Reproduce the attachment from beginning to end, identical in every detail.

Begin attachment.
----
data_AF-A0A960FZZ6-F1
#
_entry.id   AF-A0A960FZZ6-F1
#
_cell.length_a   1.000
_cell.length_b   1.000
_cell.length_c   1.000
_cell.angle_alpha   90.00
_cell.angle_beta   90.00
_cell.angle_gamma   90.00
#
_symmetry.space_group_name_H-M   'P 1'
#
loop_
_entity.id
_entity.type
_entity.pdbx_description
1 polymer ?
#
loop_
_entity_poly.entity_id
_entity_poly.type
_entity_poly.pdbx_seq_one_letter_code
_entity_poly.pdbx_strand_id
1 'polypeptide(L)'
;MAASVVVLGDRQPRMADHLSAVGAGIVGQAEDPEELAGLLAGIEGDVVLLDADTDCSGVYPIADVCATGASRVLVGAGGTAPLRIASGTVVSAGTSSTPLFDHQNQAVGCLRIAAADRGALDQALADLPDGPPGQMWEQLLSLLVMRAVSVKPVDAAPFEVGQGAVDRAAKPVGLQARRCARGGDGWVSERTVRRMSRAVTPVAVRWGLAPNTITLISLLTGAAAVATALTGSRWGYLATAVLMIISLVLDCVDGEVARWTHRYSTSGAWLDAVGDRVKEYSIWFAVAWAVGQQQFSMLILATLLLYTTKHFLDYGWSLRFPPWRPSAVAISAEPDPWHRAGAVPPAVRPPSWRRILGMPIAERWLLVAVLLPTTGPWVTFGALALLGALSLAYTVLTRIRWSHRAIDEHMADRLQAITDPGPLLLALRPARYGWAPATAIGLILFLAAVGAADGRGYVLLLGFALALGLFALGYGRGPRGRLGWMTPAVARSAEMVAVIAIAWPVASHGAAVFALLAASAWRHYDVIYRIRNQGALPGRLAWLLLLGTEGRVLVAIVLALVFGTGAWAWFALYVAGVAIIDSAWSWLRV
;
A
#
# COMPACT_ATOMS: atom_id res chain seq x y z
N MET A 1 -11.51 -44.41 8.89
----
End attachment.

data_AF-A0A960FZZ6-F1
#
_entry.id   AF-A0A960FZZ6-F1
#
_cell.length_a   1.000
_cell.length_b   1.000
_cell.length_c   1.000
_cell.angle_alpha   90.00
_cell.angle_beta   90.00
_cell.angle_gamma   90.00
#
_symmetry.space_group_name_H-M   'P 1'
#
loop_
_entity.id
_entity.type
_entity.pdbx_description
1 polymer ?
#
loop_
_entity_poly.entity_id
_entity_poly.type
_entity_poly.pdbx_seq_one_letter_code
_entity_poly.pdbx_strand_id
1 'polypeptide(L)'
;MAASVVVLGDRQPRMADHLSAVGAGIVGQAEDPEELAGLLAGIEGDVVLLDADTDCSGVYPIADVCATGASRVLVGAGGTAPLRIASGTVVSAGTSSTPLFDHQNQAVGCLRIAAADRGALDQALADLPDGPPGQMWEQLLSLLVMRAVSVKPVDAAPFEVGQGAVDRAAKPVGLQARRCARGGDGWVSERTVRRMSRAVTPVAVRWGLAPNTITLISLLTGAAAVATALTGSRWGYLATAVLMIISLVLDCVDGEVARWTHRYSTSGAWLDAVGDRVKEYSIWFAVAWAVGQQQFSMLILATLLLYTTKHFLDYGWSLRFPPWRPSAVAISAEPDPWHRAGAVPPAVRPPSWRRILGMPIAERWLLVAVLLPTTGPWVTFGALALLGALSLAYTVLTRIRWSHRAIDEHMADRLQAITDPGPLLLALRPARYGWAPATAIGLILFLAAVGAADGRGYVLLLGFALALGLFALGYGRGPRGRLGWMTPAVARSAEMVAVIAIAWPVASHGAAVFALLAASAWRHYDVIYRIRNQGALPGRLAWLLLLGTEGRVLVAIVLALVFGTGAWAWFALYVAGVAIIDSAWSWLRV
;
A
#
# COMPACT_ATOMS: atom_id res chain seq x y z
N MET A 1 -11.51 -44.41 8.89